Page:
Tag Archives: socioeconomics

This Guy Uses Other People’s Trash to Make Amazing Mini-Houses for the Homeless

If you’re ever in Oakland, you might see a man named Gregory Kloehn dumpster-diving or digging through illegally dumped piles of trash. The only thing is, Gregory isn’t homeless. In fact, he uses the materials he collects from the dumpsters to build small creative houses for the homeless. Gregory is an artist who started making mini-houses with the intention of selling them. But one day, a homeless man came to his studio asking for a tarp. At the time, all Gregory had built

45% of Russians Believe A Global Shadow Government Controls the World

Consider the following statement: “The world is run by some sort of overarching entity that pulls the strings in governments around the globe.” While groups like NATO, the United Nations and the G20 all include some of the biggest and most influential nations in the world, most people would probably say that the statement above is a bit of a stretch. Unless, of course, you live in Russia. A recent poll carried out by the Russian Public Opinion Research Center found that a whopping 45% of Russians agreed

New Study: Millennials Are Actually Reading MORE Than Their Elders

I’m sure you’ve heard it before: the media lamenting on how lost the young generation is, how addicted we are to technology, how we’re dumbing ourselves down and losing touch with our societal roots. But at least one study seems to be contradicting this characterization of young people as ignorant internet addicts. The study, published by the Pew Research Center last week, found that 88% of Americans between the ages of 16 and 29 claimed to have read at least one book over the

Sao Paulo’s “Ouvidor 63″: A 13-Story Utopia For Squatting Artists and Musicians (Video)

Brazil’s biggest city is filled with towering skyscrapers and abandoned buildings. Since 2008, however, rent has sky-rocketed in the city, increasing by 97% in just six years and putting Sao Paulo at #19 on the list of most expensive cities to live in. These rising living costs have left many local residents struggling to keep up with the price of keeping their home. In May of this year, a group of local artists claimed an abandoned 13-story tower block as their own. They redefined

There Are More Single Americans Than Married Ones for the First Time On Record

The U.S. government first began collecting data on the number and proportion of single and married citizens in America back in 1976. In this first year of record-keeping, 37.6% of people reported being single. Since then, that number has been steadily rising year by year. This summer, single Americans officially became the majority. As of August, 124.6 million Americans (~50.2% of the population) are single, marking the first time since record-keeping began that there are more single Americans than married ones. The percentage

Is Obama’s Economy Really Better Than Reagan’s? A Closer Look

In an article published by Forbes this past Friday, business news contributer Adam Hurting made a pretty bold claim. Hurting said that President Obama has outperformed former President Ronald Reagan (who is widely considered by conservatives as the best economic president ever), “on jobs, growth and investing”. To support his jobs claim, he used this graph, which compares the unemployment rate in the first 67 months of Obama’s and Reagan’s respective presidencies: Both Reagan and Obama inherited difficult economic situations. Reagan had to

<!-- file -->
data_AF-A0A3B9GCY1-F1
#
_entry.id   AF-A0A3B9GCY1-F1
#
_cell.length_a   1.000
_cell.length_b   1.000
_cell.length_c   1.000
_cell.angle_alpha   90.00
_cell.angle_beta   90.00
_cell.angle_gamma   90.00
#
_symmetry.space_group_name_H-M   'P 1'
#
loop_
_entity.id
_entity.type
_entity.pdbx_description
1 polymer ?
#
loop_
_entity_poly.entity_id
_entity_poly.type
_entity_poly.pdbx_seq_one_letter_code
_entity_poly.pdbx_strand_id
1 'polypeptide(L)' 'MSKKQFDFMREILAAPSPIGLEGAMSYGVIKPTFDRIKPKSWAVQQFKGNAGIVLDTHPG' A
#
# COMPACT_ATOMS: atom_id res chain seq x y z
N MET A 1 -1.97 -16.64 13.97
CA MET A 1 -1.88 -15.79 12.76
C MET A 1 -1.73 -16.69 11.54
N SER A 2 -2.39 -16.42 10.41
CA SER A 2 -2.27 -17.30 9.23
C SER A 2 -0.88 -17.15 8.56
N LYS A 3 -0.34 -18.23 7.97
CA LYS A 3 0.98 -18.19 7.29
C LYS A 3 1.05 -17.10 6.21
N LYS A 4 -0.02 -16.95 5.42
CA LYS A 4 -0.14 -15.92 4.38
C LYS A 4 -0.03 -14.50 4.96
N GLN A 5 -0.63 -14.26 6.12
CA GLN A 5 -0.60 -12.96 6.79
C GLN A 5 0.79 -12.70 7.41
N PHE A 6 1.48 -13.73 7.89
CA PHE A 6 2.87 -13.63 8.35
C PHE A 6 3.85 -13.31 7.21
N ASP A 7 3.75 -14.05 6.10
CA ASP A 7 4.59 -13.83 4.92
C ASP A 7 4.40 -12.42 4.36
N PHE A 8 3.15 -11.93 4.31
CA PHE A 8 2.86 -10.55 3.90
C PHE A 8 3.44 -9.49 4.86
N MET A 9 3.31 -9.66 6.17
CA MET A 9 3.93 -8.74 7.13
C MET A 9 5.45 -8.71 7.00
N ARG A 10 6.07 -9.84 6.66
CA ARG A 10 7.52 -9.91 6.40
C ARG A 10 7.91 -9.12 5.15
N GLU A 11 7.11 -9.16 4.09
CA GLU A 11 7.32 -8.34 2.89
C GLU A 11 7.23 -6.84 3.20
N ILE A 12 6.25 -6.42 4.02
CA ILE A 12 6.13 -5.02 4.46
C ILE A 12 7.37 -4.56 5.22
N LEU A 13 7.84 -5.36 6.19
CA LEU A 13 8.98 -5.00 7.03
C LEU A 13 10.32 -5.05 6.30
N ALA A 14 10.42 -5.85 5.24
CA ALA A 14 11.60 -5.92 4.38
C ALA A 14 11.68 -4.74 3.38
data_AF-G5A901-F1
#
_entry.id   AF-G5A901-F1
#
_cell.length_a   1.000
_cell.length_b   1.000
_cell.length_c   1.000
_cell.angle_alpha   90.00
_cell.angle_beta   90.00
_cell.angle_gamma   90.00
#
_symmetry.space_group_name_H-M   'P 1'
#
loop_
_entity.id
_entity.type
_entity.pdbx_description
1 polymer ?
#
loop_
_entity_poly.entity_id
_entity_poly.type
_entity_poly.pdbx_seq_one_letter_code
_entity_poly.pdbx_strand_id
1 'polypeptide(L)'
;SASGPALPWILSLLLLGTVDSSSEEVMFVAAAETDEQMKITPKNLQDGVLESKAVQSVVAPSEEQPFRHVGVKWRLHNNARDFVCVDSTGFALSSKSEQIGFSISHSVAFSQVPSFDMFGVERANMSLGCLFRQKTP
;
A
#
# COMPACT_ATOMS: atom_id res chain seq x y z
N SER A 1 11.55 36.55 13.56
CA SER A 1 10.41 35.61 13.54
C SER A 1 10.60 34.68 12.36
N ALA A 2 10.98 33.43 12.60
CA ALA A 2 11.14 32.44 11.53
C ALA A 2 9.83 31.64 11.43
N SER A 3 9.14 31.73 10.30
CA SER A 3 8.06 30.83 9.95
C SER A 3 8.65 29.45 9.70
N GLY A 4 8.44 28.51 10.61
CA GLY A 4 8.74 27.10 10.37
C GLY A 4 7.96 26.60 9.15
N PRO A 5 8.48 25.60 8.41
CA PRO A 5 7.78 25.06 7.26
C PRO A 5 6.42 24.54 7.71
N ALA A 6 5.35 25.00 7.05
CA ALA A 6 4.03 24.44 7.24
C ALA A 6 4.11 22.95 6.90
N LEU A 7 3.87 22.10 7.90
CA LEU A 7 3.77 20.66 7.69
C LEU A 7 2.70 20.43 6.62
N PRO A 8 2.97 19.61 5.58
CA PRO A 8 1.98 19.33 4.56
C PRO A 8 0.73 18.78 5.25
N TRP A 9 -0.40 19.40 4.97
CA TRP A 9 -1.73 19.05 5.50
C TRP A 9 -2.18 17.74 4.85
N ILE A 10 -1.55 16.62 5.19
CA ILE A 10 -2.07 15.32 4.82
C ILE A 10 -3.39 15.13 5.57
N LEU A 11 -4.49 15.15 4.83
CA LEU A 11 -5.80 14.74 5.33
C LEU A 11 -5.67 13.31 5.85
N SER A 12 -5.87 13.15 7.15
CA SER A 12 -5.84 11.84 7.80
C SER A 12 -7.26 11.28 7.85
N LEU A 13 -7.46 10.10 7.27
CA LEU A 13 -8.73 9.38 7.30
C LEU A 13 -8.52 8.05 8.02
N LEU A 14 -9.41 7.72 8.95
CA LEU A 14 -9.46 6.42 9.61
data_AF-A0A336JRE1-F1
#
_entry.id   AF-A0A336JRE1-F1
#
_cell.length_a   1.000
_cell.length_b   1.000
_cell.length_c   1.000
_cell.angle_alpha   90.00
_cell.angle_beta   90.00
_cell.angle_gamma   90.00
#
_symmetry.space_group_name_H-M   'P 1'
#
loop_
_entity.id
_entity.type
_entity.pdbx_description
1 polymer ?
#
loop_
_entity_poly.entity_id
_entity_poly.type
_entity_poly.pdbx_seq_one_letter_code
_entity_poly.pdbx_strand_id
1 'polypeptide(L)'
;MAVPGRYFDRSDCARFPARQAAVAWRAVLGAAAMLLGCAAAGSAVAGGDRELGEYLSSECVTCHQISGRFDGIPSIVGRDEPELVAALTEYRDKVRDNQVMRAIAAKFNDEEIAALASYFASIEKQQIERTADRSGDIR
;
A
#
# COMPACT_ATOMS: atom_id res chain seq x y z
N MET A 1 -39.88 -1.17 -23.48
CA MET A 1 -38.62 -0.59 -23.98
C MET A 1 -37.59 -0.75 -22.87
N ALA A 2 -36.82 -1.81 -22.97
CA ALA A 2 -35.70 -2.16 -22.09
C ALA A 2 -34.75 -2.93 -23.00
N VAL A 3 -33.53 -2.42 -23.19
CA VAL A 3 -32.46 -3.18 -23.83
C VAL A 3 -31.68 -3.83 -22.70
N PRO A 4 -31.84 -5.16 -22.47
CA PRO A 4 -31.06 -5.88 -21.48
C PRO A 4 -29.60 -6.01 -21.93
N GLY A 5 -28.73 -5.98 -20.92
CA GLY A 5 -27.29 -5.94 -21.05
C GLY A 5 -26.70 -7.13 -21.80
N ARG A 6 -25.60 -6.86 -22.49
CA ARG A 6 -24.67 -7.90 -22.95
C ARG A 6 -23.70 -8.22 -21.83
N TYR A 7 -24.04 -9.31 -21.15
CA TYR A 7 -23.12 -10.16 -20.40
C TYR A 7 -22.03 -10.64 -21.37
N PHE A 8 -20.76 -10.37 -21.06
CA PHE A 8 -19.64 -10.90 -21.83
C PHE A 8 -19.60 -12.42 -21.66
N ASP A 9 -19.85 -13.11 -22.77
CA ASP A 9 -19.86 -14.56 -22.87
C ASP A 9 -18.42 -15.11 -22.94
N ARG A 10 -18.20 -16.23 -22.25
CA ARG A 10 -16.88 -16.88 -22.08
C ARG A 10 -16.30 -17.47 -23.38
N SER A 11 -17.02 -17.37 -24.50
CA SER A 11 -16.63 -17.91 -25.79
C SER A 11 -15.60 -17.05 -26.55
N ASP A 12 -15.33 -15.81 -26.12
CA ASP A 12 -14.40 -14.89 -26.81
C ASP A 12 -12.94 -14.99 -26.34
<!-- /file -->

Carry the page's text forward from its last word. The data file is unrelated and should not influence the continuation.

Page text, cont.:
What Does It Cost to Completely Turn Around A Rough Neighborhood?

Harris Rosen was born in a tough neighborhood of Manhattan in 1939. Through personal grit and lots of hard work, he made it to Cornell University, where he attended the School of Hotel Administration. Now he’s the owner of seven resort hotels in and around Orlando. But if you ask Rosen what his proudest achievement in life is, he won’t tell you its his success as a businessman and hotel mogul. Rather, he’ll tell you the story of a small

The Controversial Origins of Labor Day

On the first Monday of every September, we take a day off to honor the social and economic achievements of American workers and pay tribute to the contributions they make towards the prosperity of our great country. There are conflicting reports, however, as to who actually proposed the original idea for Labor Day. For many years, it was believed that the holiday was proposed in 1882 by Peter J. McGuire, general secretary of the Brotherhood of Carpenters and Joiners (one of the

India’s RICE Bucket Challenge Just Totally Nailed It

The ALS ice bucket challenge has become a global phenomenon this summer, with people dumping buckets full of water and ice on their heads to raise awareness and funding for ALS. Now, India has adopted the challenge, adding their own spin: instead of filling the buckets with ice and water, they fill them with rice. And instead of dumping the bucket over their heads, they give the bucket of rice to a person in need. The new challenge was started by

How Much Is A $100 Worth In Your State?

If you’ve ever traveled outside of the country, you’ve probably had to exchange your U.S. dollars for the currency of the country you’re visiting. Based on the exchange rate, your money usually becomes more valuable (unless you’re traveling to Europe). But while we don’t typically think about our money having different values when we travel within the U.S., there are actually huge differences in purchasing power from one state to another, based on a recent report from the Tax Foundation. For example, $100 in Washington D.C.

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